Pamela Adlon as Sam, Hannah Alligood as Frankie.
Sometimes it’s hard to tell when people are being serious and when they’re just messing with you.
This is true in life and it is true in this week’s Better Things, a Halloween-themed episode that opens with a hilarious sight gag — Sam dashing away in horror after stumbling upon her mother gardening naked — and ends with a moment of poignancy. “Scary Fun” isn’t about treats so much as tricks, which almost makes it feel like an April Fool’s Day episode that arrived six months early. No, wait: It also might be a Mother’s Day episode.
In the first few minutes, when Max’s boyfriend Harvey is hanging out at the house, Sam corrals him into the basement as if she’s about to take a hostage. “I don’t mean to scare you,” she tells him, which is usually a sign that someone is about to be terrifying. Then she sits him down in the laundry room and lectures him about what he can and can’t do with regard to his relationship with Max. “That,” Sam says, gesturing toward the poor kid’s penis, “cannot go anywhere near my daughter.”
“You can’t just point at a 15-year-old boy’s dick!” Tressa tells her immediately afterward. This is true. You really can’t, and as it’s happening, you expect Sam to announce to Harvey that she’s just kidding. But she isn’t. The idea that Max might have a boyfriend is serious business.
That situation sets the viewer up to believe just about anything from there on out, which is why the increasingly elaborate back-and-forth pranking between Sam, Frankie, and Phil is so effective. What starts as a simple attempt to startle each other escalates in ways that catch Sam (and us) completely off guard.
When Frankie’s art teacher Treiste (Hana Mae Lee) tells Sam that Frankie invited her to move in and become the girl’s permanent tutor, it seems like a joke. It isn’t until a couple of scenes later that Frankie confesses that this was all part of an attempt to fake out her mom. And when Sam and Frankie go over to Phil’s to drop off some misdelivered packages, for a minute, it really seems like Phil actually might have had a heart attack and died.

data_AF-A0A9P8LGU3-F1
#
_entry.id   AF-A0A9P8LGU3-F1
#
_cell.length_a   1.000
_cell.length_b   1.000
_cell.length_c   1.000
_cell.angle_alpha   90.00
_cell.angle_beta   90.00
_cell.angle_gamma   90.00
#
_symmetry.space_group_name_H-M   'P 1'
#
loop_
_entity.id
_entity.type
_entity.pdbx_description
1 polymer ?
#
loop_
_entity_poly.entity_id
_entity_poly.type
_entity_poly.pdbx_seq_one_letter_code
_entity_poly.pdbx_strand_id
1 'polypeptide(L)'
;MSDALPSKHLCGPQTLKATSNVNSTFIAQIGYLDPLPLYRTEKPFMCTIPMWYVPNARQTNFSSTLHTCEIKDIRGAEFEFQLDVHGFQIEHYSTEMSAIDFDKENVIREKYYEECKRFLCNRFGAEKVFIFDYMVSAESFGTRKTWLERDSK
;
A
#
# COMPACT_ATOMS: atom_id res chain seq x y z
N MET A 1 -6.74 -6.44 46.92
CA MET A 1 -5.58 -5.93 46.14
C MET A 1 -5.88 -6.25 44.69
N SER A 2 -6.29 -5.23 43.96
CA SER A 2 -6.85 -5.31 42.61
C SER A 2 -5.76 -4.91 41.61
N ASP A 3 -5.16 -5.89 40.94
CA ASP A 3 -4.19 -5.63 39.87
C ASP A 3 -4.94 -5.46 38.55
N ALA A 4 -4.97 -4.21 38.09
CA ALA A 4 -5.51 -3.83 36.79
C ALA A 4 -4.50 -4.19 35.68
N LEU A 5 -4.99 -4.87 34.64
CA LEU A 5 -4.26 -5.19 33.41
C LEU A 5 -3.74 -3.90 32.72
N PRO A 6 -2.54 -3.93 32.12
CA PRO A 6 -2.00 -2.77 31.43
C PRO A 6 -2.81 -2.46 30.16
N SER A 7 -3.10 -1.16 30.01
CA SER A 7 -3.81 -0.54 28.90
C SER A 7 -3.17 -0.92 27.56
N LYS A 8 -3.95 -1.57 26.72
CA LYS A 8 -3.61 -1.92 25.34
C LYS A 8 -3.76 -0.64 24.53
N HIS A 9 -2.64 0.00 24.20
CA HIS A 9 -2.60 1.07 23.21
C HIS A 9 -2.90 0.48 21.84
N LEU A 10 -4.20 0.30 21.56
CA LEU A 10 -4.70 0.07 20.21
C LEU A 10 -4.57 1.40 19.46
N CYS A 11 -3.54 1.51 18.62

Nope! Just playing dead! “I’m staying sharp, that’s all, just staying sharp,” says Phil, in between cackles. I think she’s doing more than that, actually. Freaking out her often rude and dismissive daughter may be Phil’s way of reasserting dominance in their relationship. I also wonder if it’s a way for her to verify whether Sam actually would be distraught if she did suddenly die. In relationships between mothers and daughters, even a juvenile attempt to fake a death contains layers and layers of meaning that will have to be sorted out via months and months of therapy.
As I implied before, that’s what this episode is really about: the way we mistreat our mothers and the fact that even the kindest, most patient person is usually hiding a hostile side somewhere.
“Mom, no offense, but you’re kind of mean to Gran,” Duke tells Sam.
“Oh, honey, you’re going to be mean to me, too,” Sam says, as if this is a comfort. “Your sisters already are. In fact, I need you to be mean to me when I’m old so I don’t feel so bad about being mean to Gran now.”
Duke asks if Gran was mean to her mother, making a lack of consideration for the women who raised you sound like a family tradition that’s passed down like some heirloom of daughterly bitterness. Sam says no, but in the next scene, after Frankie first frightens Sam with that coat and hat hanging in the foyer, Phil says Frankie shouldn’t do things like that because someone might sue. Mom’s not going to sue me, Frankie replies. “I sued my mother,” Phil says under her breath, suggesting that everything between Gran and Great-Gran was hardly all roses and peaches.
We also learn that sweet little Duke isn’t as innocent as she might seem, either. After she apologizes profusely to her mother for accidentally letting the word “shit” slip out of her mouth, a moment that Sam treats like a baby’s first step, it becomes clear that Duke regularly curses like a sailor and throws dark shade at her sisters. Perhaps the most elaborate prank of all is the wide-eyed wittle girl act Duke’s been pulling on her mother for all these years. (Based on her behavior in this episode, it seems fair to assume that when Sam is asleep at night, Duke sneaks out of the house, hits the bars, plays poker, drinks whiskey, and tells filthy jokes that all have the S-word in them. Also, in her infant years, I’m pretty sure she was secret besties with this guy.)
In the end, the episode circles back to where it began. Max, wearing angel wings while in her own personal hell, gets dumped and humiliated by Harvey. As she cries, it’s natural to wonder: Is Sam about to get punked again? But she takes her daughter’s pain at face value. Because Max almost having a boyfriend and then not having a boyfriend is serious business.
“I’ve been a total bitch lately,” Max says during a brief break from bawling her eyes out.
“That’s okay,” Sam says. “I can take it. That I can do for you.” Taking abuse from a daughter and still loving her anyway — it really is a family tradition. When everyone decides to skip trick-or-treating so they can stay home with Max and watch scary movies, it cements the notion that getting spooked or doing the spooking is a weirdly soothing family tradition, too.
“Ha! I scared the shit out of you!” That’s just the way these women tell each other, “I love you.”